Finding off-label use does not always have to be bad – in fact, if the manufacturer collects sufficient clinical, safety and performance data to enable a conformity assessment and approval, it may provide an interesting insight that enables the formulation of new claims regarding the device and novel market segments in which to sell it.

Step 2: Monitoring Social Media Channels

Linked to step 1, this activity is crucial for obtaining information directly from patients and social media users who talk about their real-world experiences. Monitoring social media also plays an essential role in ensuring that marketing and communications departments adhere to the company’s compliance and messaging, particularly regarding off-label use. Comments written in the wrong context – such as “So glad to hear that!” – could easily be interpreted as support for off-label use, causing legal and reputational harm.

Step 3: Tracking Competitor Device Performance

This is good business practice and also helps evaluate “clinical benefit” and “state of the art”, which are important new elements of the regulations. Competitors’ performance can be tracked to show appropriate surveillance, in compliance with the new regulations, and provide fresh data for ongoing clinical evaluation. If complaints or potential issues are found with a device that is similar or performs the same function, there is the opportunity to fix common problems before they spread and put patient safety at risk.

Step 4: Surveying Published Literature

Medical device manufacturers must regularly analyse published work that is relevant to their device market or to similar products. This is to gather information regarding the device’s use, performance and safety profile. Key clinical evidence can be found in scientific and medical literature that may highlight potential risks or even provide more convincing evidence of a product’s clinical benefits. Specialist trade publications that cover the target application market of the device, together with more general nursing, medical or healthcare titles, are also good sources of intelligence as they offer practical, real-life opinions from users and patients, and provide general insights regarding off-label use.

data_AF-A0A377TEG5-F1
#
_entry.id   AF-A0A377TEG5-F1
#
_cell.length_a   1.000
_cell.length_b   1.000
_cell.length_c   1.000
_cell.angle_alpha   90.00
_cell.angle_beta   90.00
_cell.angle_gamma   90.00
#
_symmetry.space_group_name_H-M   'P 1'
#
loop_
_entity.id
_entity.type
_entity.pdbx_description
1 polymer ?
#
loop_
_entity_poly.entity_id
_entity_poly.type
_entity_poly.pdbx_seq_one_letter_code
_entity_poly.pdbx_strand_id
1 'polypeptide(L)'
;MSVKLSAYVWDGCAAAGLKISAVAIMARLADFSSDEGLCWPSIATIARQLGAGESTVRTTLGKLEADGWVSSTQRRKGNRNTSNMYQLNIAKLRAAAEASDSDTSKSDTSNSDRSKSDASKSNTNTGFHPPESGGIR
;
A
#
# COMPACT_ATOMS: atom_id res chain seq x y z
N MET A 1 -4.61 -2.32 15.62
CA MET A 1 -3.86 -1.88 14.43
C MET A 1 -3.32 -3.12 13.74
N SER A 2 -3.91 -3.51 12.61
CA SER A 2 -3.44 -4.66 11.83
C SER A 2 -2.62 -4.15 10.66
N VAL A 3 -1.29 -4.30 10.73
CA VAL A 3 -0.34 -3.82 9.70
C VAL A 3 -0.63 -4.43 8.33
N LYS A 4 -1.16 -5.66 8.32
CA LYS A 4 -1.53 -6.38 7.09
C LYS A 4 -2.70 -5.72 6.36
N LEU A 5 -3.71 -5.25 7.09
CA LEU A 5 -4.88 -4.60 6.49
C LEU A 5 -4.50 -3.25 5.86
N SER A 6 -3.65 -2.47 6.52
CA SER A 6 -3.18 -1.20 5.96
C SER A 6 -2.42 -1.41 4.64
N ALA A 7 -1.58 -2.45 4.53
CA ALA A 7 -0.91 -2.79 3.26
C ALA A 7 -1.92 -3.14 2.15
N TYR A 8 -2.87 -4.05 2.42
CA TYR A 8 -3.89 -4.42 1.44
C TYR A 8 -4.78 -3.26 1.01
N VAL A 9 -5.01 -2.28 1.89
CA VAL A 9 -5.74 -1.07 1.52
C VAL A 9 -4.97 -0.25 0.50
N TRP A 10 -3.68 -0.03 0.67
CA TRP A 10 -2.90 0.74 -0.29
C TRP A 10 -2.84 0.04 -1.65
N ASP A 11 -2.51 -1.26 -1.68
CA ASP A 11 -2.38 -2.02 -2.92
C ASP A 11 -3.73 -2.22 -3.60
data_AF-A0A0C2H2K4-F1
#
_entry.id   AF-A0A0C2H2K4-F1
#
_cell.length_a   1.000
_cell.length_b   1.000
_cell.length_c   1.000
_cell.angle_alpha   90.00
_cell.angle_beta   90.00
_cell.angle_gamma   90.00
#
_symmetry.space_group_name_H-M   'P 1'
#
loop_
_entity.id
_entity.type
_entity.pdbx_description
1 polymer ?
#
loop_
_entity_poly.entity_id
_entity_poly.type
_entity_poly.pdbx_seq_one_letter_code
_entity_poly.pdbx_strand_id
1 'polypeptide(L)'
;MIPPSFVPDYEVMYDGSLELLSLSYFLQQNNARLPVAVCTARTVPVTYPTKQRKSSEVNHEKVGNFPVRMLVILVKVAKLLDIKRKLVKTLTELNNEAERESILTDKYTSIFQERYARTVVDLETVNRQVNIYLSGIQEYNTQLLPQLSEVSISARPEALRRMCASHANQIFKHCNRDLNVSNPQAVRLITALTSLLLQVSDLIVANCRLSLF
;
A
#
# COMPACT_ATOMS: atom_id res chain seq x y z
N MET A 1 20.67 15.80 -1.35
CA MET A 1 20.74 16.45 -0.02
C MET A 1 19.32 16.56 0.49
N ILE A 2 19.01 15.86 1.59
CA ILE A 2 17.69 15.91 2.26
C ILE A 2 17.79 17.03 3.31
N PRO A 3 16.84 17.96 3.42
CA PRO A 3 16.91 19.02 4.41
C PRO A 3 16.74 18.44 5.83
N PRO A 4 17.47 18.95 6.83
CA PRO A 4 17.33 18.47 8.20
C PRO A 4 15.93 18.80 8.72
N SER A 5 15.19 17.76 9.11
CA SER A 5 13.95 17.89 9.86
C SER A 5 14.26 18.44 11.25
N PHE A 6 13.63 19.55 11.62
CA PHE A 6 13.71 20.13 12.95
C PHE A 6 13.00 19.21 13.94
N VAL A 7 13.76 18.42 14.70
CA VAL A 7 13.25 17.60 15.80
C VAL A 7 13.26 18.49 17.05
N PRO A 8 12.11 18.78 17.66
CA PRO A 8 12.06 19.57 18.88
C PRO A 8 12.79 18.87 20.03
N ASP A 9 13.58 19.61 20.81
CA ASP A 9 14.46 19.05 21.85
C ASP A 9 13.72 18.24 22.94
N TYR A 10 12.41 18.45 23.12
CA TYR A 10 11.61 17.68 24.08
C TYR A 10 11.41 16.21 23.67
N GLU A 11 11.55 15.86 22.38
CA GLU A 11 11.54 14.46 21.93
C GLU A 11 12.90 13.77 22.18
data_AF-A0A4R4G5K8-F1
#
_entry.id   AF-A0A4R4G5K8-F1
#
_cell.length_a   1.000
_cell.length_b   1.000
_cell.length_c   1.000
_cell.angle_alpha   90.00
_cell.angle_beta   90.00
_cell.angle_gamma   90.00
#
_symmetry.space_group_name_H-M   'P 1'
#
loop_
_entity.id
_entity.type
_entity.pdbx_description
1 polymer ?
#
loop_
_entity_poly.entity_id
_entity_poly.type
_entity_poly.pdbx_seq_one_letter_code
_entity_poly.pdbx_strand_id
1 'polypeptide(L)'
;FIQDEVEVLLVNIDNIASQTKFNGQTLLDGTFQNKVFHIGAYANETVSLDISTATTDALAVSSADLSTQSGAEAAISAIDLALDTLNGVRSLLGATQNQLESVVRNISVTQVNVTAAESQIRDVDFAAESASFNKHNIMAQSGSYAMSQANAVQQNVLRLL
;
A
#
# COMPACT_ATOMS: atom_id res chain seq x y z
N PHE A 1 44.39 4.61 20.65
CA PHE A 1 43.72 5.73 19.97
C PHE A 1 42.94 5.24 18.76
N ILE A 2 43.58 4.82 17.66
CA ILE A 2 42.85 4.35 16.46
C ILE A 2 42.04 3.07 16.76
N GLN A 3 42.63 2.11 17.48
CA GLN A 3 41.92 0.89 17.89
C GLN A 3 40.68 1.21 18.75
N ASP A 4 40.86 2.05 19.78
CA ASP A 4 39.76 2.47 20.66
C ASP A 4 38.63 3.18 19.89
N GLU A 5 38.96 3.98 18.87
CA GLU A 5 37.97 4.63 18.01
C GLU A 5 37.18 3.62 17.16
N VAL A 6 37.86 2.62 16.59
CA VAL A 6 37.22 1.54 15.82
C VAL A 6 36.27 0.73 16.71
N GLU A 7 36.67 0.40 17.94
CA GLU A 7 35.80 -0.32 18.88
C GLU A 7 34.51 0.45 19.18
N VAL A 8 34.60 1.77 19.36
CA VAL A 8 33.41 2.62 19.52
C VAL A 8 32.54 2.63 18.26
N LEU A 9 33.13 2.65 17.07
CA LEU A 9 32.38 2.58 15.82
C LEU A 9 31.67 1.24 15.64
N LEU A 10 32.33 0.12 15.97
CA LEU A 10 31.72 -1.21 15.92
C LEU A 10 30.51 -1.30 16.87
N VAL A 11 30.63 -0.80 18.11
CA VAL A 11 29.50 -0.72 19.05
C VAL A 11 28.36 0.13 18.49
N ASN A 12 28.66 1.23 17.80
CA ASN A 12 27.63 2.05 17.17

Step 5: Periodically Re-Evaluating the Risk Data for Each Device

When launching products, manufacturers prepare very precise risk management documents. But many fail to update them regularly with new statistics and data. Ideally, this activity should be done on a regular basis because repeated use in the real world uncovers new information. Best practice suggests that a review and update of risk management data should be done at least once a year – and more frequently for higher-risk and novel devices.


These five steps for effective PMS need to be regularly monitored by specialist teams with suitable skills to identify any issues before they become a problem or cause preventable patient harm. Therefore, although transition arrangements may be delaying the urgency for MDR certification, now is the perfect time to make headway in establishing solid systems and processes to protect devices from potential non-conformities, safeguard users and patients, and help generate the required safety and performance data needed for successful MDR approval of existing medical device product portfolios.

An immediate, plug-in solution aimed at easing the considerable pressures on busy teams is to enlist the support of specialist consultants who are experts in satisfying post-market obligations and can provide ample reassurance that manufacturers are meeting their obligations and are compliant.


  1. “Opening Remarks by Commissioner Stella Kyriakides at the EPSCO Council-Implementation of the Medical Devices Regulation”. Speech, European Commission, Dec 9, 2022.
  2. “Regulation (EU) 2023/607 of the European Parliament and of the Council of 15 March 2023 amending Regulations (EU) 2017/745 and (EU) 2017/746 as regards the transitional provisions for certain medical devices and in vitro diagnostic medical devices”. Official Journal of the EU, Mar 15, 2023.